Nunatsiavut-based Davidee Ningeok is not afraid to confront difficult histories: case in point is his 2015 work Residential School Nightmare, now touring nationally as part of the survey exhibition SakKijâjuk: Art and Craft from Nunatsiavut. The work unflinchingly portrays a moment of corporal punishment, the student’s outstretched hands awaiting the sting of the instructor’s paddle, rendered like the open book between them in opaque milky bone. Ningeok has exaggerated his figures, etching the details of their faces and clothing into their solid forms. The piece is a direct response to the Canadian government’s 2008 apology to residential school victims, which as the artist explains excluded Inuit and Innu from Newfoundland and Labrador, whom the government claimed attended institutions that weren’t created under The Indian Act and therefore weren’t true residential schools. “I felt that really wasn’t right,” says Ningeok. “I wanted to put something out there so Labrador Inuit could be recognized, so they could be apologized to also.”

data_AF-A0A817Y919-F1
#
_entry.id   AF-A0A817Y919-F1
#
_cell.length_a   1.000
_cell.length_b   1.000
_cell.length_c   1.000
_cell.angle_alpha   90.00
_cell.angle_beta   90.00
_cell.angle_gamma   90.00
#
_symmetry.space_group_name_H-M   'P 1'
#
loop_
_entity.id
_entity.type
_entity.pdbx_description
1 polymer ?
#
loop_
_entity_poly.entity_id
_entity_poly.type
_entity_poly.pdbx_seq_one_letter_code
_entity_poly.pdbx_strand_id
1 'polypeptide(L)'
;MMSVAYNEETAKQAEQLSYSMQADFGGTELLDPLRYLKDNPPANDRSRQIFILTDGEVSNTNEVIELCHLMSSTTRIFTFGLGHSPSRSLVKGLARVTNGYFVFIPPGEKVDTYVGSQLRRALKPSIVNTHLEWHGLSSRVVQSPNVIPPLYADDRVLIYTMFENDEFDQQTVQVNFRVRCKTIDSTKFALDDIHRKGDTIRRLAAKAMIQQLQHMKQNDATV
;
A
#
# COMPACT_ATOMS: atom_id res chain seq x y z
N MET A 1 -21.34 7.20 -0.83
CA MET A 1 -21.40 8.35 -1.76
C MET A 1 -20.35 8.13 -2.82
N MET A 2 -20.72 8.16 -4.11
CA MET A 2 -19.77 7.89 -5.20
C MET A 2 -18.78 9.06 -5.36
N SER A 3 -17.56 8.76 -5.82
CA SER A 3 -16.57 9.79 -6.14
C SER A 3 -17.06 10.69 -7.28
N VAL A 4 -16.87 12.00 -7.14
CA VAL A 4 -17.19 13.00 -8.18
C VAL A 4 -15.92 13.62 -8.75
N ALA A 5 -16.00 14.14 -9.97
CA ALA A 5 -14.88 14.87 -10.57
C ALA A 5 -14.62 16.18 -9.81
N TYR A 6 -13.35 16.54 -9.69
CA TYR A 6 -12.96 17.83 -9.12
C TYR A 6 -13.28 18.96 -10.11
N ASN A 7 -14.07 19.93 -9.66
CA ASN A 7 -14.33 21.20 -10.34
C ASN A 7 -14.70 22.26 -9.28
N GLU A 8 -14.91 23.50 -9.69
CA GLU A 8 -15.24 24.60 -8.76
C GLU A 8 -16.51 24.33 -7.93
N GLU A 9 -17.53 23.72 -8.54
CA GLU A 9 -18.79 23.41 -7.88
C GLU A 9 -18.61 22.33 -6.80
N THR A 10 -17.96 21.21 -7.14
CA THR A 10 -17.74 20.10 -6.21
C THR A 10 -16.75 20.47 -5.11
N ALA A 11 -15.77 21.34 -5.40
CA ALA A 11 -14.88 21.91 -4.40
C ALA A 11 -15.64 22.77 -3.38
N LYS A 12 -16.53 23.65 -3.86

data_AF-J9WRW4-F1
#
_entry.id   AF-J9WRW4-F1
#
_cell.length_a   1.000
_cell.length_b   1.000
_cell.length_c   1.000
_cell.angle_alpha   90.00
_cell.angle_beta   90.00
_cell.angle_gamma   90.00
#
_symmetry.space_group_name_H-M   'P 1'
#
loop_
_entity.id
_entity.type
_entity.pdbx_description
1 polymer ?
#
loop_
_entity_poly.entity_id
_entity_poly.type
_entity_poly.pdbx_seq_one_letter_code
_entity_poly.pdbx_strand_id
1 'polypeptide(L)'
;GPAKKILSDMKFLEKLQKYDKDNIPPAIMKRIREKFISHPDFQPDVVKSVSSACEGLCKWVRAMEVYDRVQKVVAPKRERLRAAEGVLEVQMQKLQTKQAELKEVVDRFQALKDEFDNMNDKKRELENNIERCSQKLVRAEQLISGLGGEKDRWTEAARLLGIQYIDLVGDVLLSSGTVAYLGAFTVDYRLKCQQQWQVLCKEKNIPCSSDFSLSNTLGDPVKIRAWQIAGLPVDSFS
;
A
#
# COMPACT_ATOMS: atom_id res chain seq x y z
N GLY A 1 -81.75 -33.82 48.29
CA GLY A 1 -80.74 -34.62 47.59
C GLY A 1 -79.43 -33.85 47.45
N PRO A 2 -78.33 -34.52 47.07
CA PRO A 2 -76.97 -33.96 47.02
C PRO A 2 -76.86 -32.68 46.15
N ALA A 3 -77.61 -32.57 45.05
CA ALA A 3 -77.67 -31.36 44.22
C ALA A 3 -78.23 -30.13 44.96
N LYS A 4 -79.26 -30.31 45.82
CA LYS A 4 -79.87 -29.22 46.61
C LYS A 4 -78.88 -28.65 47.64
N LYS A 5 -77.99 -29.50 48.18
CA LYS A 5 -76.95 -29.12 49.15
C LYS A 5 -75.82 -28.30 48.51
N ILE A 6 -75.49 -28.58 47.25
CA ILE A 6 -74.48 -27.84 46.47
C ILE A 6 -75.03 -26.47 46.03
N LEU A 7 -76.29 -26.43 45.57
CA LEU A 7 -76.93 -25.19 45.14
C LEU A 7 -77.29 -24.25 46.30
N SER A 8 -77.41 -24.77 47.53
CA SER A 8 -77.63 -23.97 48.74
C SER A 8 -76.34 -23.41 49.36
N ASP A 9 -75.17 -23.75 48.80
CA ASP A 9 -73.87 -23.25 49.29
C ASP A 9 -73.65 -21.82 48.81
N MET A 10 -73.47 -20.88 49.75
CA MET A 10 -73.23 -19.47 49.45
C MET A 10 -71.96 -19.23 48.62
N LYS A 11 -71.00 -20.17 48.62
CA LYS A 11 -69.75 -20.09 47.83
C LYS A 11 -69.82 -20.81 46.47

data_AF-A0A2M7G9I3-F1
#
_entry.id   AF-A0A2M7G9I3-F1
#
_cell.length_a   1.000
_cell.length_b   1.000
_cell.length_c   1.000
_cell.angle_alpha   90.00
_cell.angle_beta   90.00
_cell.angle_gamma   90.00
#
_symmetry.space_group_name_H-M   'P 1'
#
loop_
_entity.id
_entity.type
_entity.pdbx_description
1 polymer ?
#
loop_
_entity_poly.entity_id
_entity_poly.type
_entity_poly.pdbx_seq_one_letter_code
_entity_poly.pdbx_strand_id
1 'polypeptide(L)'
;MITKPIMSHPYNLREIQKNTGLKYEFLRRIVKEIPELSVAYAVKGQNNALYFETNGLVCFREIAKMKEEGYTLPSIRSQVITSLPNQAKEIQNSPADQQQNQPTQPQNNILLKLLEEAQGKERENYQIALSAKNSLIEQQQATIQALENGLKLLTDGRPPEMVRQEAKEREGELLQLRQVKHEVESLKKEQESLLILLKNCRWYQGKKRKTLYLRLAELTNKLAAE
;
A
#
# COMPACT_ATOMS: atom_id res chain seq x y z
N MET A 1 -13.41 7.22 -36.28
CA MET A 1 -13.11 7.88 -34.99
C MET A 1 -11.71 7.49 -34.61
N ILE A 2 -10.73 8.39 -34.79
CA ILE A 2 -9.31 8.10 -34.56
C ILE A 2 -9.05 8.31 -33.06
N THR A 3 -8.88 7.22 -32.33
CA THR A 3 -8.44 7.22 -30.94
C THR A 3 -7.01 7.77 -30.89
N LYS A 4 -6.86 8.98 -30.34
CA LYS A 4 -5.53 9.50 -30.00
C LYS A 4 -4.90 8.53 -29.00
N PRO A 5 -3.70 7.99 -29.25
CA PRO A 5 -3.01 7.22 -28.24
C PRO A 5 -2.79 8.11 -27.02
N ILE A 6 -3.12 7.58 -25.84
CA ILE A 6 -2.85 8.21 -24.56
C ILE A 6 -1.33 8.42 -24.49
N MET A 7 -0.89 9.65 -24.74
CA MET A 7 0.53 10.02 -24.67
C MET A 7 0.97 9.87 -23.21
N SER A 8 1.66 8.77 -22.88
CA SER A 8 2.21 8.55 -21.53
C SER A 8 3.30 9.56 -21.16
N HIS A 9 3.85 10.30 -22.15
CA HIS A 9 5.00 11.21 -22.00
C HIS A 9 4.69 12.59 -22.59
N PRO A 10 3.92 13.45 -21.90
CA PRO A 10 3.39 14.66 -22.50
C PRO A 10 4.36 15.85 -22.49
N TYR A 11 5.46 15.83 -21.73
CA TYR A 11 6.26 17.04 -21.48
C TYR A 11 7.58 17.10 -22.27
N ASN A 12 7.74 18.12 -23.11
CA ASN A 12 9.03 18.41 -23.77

The artist began carving in his teens after watching others, first in Hopedale and later in Postville, which the artist now calls home.
Over the ensuing years, he honed his technique—most identifiable through his contrasting of chalky etching and lusciously polished stone—and narrowed in on his preferred subject matter. An astute observer of history, Ningeok focuses on producing work that captures “the importance of the past”, whether through community-based narratives, such as in When a Wolf Became a Husky (2015), or a planned piece on the effects of colonization, including the Spanish
Flu, on coastal Labrador. “I want to make work that gets people thinking,” the artist states. “Because if a picture is worth a thousand words, a carving is probably worth ten thousand.”
2 1 Davidee Ningeok (b. 1982 Postville) Residential School Nightmare 2015 Serpentinite and bone 26 x 35.6 x 25.4 cm Photo The Rooms Provincial Art Gallery 2 Davidee Ningeok When a Wolf Became a Husky 2015 Steatite and caribou bone 30.5 x 15.2 x...
3 3 Ningeok carving outside in Postville, 2016 Photo Camille Usher